Even after five years, the Nissan Murano still looks like that kid in school who mixed madras with pinstripes and high-top red P.F. Flyers.
It’s about as subtle as a two-alarm fire – just like that kid, who for all I know, may be signing my checks these days.
Suffice it to say that the 2020 Murano SV I had recently seeks distinction, striving to stand out in the brutally competitive mid-size crossover segment.
In fact, Nissan thinks of the Murano as a luxury or near-luxury vehicle that plays to some drivers’ need for an engaging, well-designed crossover that is just different.
Depending on your perspective, my UT-orange Murano either offered a blend of style elements meant to be all hip and urban loft, or it wore a clumsy mish-mash of odd looks about as special as mustard.
I’ll leave that conclusion to you.
At the very least, I give Nissan points for effort. My Murano started slowly, confronting the world with one of the automaker’s signature mid-sized blacked-out grilles trimmed along the edges with a chrome collar.
Adding a bit of spice were a couple of large, somewhat exaggerated headlamps.
Both were topped by a short, broad hood and held together by zippy sides featuring free-flowing character lines and some pronounced – and strange -- surfacing around the rear fenders.
Just to keep things interesting, I guess, the Murano’s roof appeared to “float” slightly above the body, separated by a black band between the body and roof.
And, hey, who doesn’t want a floating roof on their crossover – as long as it doesn’t come loose at speed?
Moreover, my mid-level, front-wheel-drive SV model didn’t help its presence much with average-looking 18-inch multi-spoke wheels shod with 235-65 tires.
Still, I gave the Murano a few more points for its venerable, normally aspirated 3.5-liter V-6 – rather than some tiny four-cylinder with two turbochargers, several intercoolers, a bunch of gears and a tall job description.
The tiny turbo might ultimately make more horsepower or torque, but it won’t feel as smooth or as happy doing every-day work as the big V-6.
Unfortunately, Nissan chose to give the Murano a fairly tepid version of the 3.5 producing only 260 horsepower and bolted to a continuously variable transmission (CVT).
Around town, it felt willing and lively enough, pulling away from stops with confidence and even a little verve.
But flat out – in situations where you must merge onto an 80 mph freeway – the Murano seemed pretty flat.
Although it can accelerate to 60 mph in an acceptable 7.3 seconds, according to Car and Driver, the Murano’s confidence frayed under hard acceleration and the CVT brayed.
Even the vehicle’s overall fuel economy of 23 miles per gallon struck me as pretty unexceptional.
Likewise, while the Murano seemed relatively sure-footed in moderate-speed corners, it suffered from numb steering that constantly reinforced its crossover status.
However – and this is an important exception – the 3,900-pound Murano rode very nicely, stepping over bumps small and large with a fair amount of sophistication.
Like the exterior, the Murano’s black interior curved and swooped aggressively, with the upper dashboard dropping down onto a busy and somewhat dated mid-dash.
It curved around a prominent center-stack and 8-inch display screen, but the somewhat stale stack was functional, offering knobs and switches for its controls.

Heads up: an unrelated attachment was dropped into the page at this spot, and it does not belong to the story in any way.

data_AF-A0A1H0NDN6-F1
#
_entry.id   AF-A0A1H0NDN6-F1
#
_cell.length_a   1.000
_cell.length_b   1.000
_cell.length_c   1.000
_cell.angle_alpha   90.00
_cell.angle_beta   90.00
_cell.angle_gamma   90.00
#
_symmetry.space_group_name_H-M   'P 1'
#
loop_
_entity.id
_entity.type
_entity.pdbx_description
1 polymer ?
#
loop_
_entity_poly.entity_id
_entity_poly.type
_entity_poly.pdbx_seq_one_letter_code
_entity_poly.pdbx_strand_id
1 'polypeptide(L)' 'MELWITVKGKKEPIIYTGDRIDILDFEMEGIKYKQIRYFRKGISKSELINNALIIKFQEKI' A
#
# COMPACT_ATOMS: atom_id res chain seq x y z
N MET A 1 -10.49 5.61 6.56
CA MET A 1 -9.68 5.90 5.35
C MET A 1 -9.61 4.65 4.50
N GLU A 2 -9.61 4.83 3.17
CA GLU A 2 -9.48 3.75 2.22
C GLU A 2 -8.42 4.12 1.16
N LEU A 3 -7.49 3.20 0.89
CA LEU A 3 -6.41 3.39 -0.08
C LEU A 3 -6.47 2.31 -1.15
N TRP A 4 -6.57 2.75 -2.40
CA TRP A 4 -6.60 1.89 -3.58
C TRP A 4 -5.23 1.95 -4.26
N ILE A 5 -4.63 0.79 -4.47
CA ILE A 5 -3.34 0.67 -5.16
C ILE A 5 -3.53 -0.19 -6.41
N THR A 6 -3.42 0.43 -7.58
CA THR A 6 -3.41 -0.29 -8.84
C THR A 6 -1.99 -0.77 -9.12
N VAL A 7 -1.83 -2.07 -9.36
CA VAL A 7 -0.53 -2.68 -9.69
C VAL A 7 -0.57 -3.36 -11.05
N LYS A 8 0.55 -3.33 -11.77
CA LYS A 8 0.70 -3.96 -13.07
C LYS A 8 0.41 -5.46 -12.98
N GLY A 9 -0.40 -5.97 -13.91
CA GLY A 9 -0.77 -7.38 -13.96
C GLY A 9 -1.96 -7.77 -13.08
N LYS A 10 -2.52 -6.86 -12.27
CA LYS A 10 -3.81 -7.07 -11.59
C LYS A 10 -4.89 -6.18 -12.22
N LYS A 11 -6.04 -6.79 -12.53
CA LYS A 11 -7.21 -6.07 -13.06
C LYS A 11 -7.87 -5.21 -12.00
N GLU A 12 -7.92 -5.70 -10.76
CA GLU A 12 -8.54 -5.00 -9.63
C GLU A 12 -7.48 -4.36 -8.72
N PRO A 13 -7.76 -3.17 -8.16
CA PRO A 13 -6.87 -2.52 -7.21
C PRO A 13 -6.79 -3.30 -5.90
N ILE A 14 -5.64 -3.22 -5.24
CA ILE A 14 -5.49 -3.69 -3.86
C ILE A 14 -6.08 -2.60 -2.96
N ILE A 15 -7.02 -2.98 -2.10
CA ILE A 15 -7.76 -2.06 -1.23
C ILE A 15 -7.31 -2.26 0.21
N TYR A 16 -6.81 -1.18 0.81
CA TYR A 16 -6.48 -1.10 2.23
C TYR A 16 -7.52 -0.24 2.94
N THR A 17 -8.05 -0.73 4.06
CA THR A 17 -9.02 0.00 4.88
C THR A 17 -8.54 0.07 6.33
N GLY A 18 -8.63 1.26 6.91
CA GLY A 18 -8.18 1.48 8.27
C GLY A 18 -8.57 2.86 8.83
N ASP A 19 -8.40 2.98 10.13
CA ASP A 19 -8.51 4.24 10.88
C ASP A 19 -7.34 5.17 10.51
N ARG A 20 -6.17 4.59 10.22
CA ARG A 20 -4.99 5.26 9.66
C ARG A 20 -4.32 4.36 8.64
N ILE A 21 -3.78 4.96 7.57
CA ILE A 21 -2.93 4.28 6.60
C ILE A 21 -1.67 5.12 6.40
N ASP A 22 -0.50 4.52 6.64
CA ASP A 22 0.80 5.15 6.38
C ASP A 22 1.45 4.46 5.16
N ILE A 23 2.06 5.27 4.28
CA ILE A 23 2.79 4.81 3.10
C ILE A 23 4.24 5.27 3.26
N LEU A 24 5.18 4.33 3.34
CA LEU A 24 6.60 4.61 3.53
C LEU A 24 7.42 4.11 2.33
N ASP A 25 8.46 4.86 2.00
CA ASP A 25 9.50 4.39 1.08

In addition, the upper dash was stitched in smooth, upscale-looking material, wrapping around the base of the windshield onto the vehicle’s plastic door-panels.
Though the black panels got some relief from a big swath of silver trim, they didn’t look particularly upscale even with the nice upper panels – nor did the Murano’s rent-car gray headliner.
However, Nissan’s interior guys showed some imagination with the Murano’s seats, stitching them in a smooth, flat-toned black.
The Murano also didn’t lack for features, including remote engine start, forward-collision warning, blind-spot warning, rear cross-traffic alert, Apple CarPlay and Android Auto.
And despite its relatively compact size, it provided good leg- and head-room in back.
My Murano SV arrived with a few options, among them a $395 charge for the vehicle’s “premium” paint as well as a “premium interior package” ($2,350).
In the end, though, I question whether the Murano is special enough to warrant a premium price.
Plenty of other mid-size crossovers offer more features, better performance and – in my view – more coherent styling.
Designed in California, the Murano was Nissan’s first U.S. crossover in 2002 and has been around in its current guise since 2015.
Maybe it’s time for cash-strapped Nissan to rethink the Murano’s mission – as well as its sheet metal.
2020 Nissan Murano SV Review
- What I liked most: The front seats
- What I would change: The styling, first and foremost
- MSRP: Base price for the SV model, $35,160; as equipped, $39,435.
- Official color: Sunset Drift
- Fuel economy: 20 miles per gallon in town, 28 on the highway and 23 mpg combined with filler on the left
- Odometer reading when tested: 4,982 miles
- Spare tire: Temporary compact
- Weight: About 3,900 pounds
- Length-width-height: 192.8 inches long/75.4 inches wide/67.8 inches tall
- Fuel-tank capacity: 19 gallons
- Towing capacity: 1,500 pounds
- 2020 Nissan Murano in a few words: No longer fresh and different, the Murano needs restyling and redesigning
- Warranty: Three-year, 36,000-mile overall warranty and five-year, 60,000-mile powertrain protection
- Final assembly location: Canton, Miss.
- Manufacturer’s website: www.nissanusa.com
- E-mail me at: firstname.lastname@example.org
- Up next: 2021 Mercedes-AMG GLS 63